Asia: Petroglyphs, Frescos / Armenia PETROGLYPH

PHOTO: 3948'58.16" 4459'36.25"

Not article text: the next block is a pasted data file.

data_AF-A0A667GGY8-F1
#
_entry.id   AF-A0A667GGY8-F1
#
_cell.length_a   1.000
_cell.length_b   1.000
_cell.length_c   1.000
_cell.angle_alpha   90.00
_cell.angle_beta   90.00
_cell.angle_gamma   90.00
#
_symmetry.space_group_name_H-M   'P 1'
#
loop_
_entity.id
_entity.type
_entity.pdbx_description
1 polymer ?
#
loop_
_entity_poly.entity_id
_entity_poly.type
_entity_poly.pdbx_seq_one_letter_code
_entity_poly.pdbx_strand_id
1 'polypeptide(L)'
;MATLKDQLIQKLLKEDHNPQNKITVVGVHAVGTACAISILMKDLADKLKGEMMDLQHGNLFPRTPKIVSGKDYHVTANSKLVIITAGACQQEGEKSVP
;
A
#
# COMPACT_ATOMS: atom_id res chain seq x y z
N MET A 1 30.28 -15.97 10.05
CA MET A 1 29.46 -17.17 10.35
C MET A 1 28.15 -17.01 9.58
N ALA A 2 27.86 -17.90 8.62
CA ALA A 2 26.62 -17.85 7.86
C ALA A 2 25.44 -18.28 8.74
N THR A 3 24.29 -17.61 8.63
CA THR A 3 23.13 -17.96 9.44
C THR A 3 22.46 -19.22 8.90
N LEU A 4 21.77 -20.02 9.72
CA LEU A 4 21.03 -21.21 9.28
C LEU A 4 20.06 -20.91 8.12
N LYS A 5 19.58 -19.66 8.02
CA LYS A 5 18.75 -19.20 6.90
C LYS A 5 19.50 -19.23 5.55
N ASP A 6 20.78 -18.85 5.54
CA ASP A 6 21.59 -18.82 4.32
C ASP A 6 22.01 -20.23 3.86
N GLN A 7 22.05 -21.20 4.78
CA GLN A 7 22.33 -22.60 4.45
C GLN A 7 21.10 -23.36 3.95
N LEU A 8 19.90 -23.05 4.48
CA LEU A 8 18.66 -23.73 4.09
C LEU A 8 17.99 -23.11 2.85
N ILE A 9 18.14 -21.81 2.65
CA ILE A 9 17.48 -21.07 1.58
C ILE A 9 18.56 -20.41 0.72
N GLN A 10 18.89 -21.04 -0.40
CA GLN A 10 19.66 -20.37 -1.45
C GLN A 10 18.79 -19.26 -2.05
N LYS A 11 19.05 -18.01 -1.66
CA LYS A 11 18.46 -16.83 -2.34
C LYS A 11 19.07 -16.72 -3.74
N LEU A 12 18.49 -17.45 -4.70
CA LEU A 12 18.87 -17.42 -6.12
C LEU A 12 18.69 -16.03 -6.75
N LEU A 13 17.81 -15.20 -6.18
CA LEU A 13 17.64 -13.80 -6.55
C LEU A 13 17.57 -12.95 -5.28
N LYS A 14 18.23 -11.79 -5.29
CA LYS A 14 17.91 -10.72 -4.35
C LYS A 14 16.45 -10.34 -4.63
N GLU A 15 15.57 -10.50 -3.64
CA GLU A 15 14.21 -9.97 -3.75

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The Armenian Highland shows traces of settlement from the Neolithic era. The Shulaveri-Shomu culture of the central Transcaucasus region is the earliest known prehistoric culture in the area, carbon-dated to roughly 6000 - 4000 BC. Another early culture in the area is the Kura-Araxes culture, assigned to the period of ca. 4000 - 2200 BC, succeeded by the Trialeti culture (ca. 2200 - 1500 BC). The first excavations in Armenia, undertaken by Russian savants in 1876, brought to light a burial-ground near Dilijan in which were prehistoric graves. Jacques de Morgan in 1887 89 unearthed 576 graves around Alaverdi and Akhatala, on the Tiflis-Alexandropol railway line. Later on, 300 more were discovered by V. Belck near Elisavetpol (Gandzak), and yet others were excavated by Lalayan and Ivanovski. In Turkish Armenia only one tumulus, that of Shamiramalti, near the fort of Van, has been studied so far. But many ancient arms and implements have been discovered, in various places on the plainsº and slopes, in the Valleys of Lori, on the shores of the Lakes of Sevan and Van, in the salt mines of Koghb (Kulp) and along the Aradzani and upper Tigris Rivers. The oldest Neolithic relics so far found in Soviet Armenia are large stone axes, with grooves which show that the handles were attached by lashings. In Armavir, Vagharshapat and elsewhere, Neolithic weapons, knives, axes, hammers, mortars for grinding grains, saw, makhats (large needles for coarse sewing), awls, made of stone, obsidian or bone, and pottery, some of it with geometrical ornamentation, have been found, as well as traces of human habitations, cremations or other mortuary disposals, fossils of domestic animals, such as sheep, goats and dogs, and remains of wheat and barley.